It is the season for zucchini, summer squash, and cucumber flowers. If you see them on Farmers Market and want to, but don’t know how to turn them into a beautiful and healthy dish, this recipe is for you! Note, that stuffing part can be used as a recipe for humble zucchini pancakes when the flowers are not available anymore.
I remember how difficult it was for me to recreate Grüne Sosse in Texas 6 years ago. Two herbs with fresh cucumbery aroma — borage and burnet — were impossible to find. Since they were not available at any local stores or farmers markets, and I tried to grow them, unsuccessfully. Finally, I gave up and replaced them with finely diced cucumber. Who knew a few years later I would find both of them grown by Livin’ Organics farm right here in Spicewood, available almost regularly! This season, Frankfurt-style green sauce is a delicacy I can enjoy more than once during the season.
One of my German friends says Grüne Sosse is a higher-calorie modification of Italian salsa verde. As if herbs, vinegar, and olive oil were not enough for Germans to survive in a colder climate, and they added eggs and fatty cream. Per about 5 oz of chopped herbs, a typical recipe includes 1) 3.5 oz of Schmandt (24% milk fat) and 2) 3 eggs + 3.5 oz vegetable oil + 3 tbsp white wine vinegar + 2 tsp mustard. Does the second part remind you something? Exactly! It’s mayonnaise.
It’s hot and sunny in Texas most of the year, and the ratio of herbs to the mix of sour cream and mayo is different in my recipe. I go for more herbs and less fat. I also skip making mayo and use my favorite Kewpie. In my opinion, this sauce is the best served with soft-boiled eggs and boiled Yukon Gold potatoes. If you want to add proteins, consider seafood — fried or roasted fish, smoked salmon, seared sea scallops, etc.
I think I’ll remember my parents’ and my in-laws’ gardens forever and for many reasons. They provided us with most of the food during difficult times in the 90s. They became the source of our memories about the best tasting fruits and vegetables. They gave us the knowledge of how much hard work, patience, and passion goes into gardening.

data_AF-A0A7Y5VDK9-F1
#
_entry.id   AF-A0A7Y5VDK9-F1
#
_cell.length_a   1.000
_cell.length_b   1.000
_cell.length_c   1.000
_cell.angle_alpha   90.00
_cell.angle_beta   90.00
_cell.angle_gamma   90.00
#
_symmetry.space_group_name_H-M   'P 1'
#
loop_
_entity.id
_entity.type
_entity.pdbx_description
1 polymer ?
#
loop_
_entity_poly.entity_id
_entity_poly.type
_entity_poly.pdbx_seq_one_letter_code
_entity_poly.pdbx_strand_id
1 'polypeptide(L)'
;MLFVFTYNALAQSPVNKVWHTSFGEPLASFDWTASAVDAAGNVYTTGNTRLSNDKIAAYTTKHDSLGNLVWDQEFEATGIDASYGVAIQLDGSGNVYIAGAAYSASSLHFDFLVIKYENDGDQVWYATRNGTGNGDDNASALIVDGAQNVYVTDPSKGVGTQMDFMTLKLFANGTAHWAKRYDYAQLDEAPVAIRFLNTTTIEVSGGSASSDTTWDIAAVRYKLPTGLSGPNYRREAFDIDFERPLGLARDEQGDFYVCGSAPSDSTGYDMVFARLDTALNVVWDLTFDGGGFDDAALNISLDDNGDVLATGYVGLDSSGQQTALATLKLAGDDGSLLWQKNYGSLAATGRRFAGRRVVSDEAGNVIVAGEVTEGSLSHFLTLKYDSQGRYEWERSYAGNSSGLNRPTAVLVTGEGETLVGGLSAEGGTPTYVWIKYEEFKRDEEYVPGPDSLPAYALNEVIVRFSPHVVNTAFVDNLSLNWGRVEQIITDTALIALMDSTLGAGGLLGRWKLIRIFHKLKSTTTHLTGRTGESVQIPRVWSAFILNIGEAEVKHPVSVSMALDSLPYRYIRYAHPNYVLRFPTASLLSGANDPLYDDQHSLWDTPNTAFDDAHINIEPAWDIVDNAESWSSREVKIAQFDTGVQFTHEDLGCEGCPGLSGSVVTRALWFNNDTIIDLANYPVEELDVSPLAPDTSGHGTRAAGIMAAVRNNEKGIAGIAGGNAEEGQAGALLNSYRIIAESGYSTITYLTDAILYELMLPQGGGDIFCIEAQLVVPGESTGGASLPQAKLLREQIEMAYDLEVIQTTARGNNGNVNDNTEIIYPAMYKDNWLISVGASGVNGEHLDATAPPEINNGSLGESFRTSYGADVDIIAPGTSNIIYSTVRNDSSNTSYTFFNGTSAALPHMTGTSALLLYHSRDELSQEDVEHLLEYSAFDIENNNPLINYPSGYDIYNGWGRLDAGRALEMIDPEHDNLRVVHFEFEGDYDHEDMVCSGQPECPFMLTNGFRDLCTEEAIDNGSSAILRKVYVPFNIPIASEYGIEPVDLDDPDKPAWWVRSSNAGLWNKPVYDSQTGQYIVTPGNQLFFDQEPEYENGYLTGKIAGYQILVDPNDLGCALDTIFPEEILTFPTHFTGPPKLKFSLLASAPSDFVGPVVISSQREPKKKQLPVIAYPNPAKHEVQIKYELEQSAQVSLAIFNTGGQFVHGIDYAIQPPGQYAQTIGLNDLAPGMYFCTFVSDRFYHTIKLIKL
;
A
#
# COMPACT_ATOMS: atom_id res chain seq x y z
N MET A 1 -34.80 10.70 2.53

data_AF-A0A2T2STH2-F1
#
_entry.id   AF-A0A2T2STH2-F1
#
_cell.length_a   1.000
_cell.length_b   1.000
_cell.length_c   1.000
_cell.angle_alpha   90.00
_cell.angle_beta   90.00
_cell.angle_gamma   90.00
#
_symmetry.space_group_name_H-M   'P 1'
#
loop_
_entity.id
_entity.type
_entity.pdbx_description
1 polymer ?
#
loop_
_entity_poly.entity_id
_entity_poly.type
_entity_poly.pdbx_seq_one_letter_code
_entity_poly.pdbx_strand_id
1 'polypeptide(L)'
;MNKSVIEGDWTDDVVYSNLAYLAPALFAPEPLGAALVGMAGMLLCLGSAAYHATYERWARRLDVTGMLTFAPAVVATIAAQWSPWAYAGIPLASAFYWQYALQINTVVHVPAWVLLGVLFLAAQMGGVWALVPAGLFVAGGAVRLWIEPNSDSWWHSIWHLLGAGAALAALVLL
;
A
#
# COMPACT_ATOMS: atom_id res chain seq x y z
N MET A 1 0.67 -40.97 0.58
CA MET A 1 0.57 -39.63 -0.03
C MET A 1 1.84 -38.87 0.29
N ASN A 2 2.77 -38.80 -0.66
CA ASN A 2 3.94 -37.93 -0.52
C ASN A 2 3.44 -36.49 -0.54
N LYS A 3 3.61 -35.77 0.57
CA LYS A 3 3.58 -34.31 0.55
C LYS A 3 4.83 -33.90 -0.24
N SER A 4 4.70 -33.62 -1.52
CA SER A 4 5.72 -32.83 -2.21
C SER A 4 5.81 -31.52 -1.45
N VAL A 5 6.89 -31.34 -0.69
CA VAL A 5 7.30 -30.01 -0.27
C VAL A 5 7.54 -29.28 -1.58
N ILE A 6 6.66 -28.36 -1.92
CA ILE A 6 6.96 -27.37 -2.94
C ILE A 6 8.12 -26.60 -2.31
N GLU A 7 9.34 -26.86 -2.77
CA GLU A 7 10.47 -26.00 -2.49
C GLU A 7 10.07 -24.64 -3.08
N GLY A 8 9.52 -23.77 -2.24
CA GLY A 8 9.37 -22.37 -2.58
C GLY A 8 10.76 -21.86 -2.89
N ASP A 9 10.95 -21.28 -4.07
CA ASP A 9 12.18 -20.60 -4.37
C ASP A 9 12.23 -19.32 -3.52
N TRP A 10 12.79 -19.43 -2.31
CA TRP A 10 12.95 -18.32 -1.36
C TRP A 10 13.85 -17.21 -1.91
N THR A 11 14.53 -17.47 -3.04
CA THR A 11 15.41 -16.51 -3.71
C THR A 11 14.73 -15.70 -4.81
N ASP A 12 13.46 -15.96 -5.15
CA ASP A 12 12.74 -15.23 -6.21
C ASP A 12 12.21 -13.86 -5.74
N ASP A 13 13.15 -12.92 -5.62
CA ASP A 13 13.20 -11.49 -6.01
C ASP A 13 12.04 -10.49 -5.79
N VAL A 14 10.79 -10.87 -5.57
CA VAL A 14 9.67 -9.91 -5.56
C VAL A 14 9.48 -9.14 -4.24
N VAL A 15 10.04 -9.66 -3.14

I still see something magical in being able to walk to the garden, harvest whatever looks good at the moment, and quickly fix a meal, fresh and satisfying, and undoubtedly healthy. The next best thing for me is going to the local farmers market. The closest, Pedernales farmers market is slowly growing on me. Things changed when I started talking to farmers, asking questions, talking about ingredients, food, eating experiences. It became a pleasure to see them almost every week and to notice their ever-changing assortment of fresh vegetables. The more we talk, the more I realize how passionate they are about their lifestyle. I have to mention two farmers and farms that became special for me — April @LivinOrganics and Neal @food_forest_tx — my major organic vegetables, greens, and herbs suppliers for the last month. These farms are the reason my family eats much more plant-based food recently, and not so much for health reasons, but mostly for the pleasure of true, real, natural flavors of food as we remember it from the past.
Both beet varieties in this salad are an heirloom. Detroit red beets are the most popular, often described as “old standard.” Touchstone Gold roots have bright yellow flesh and retain their color when cooked. They are smooth, sweet and tasty, highly flavorful. Creamy Feta dressing with a touch of garlic compliments them, and the toppings add to their beauty. If you like a combination of earthy-sweet and pungent-salty, this salad is for you!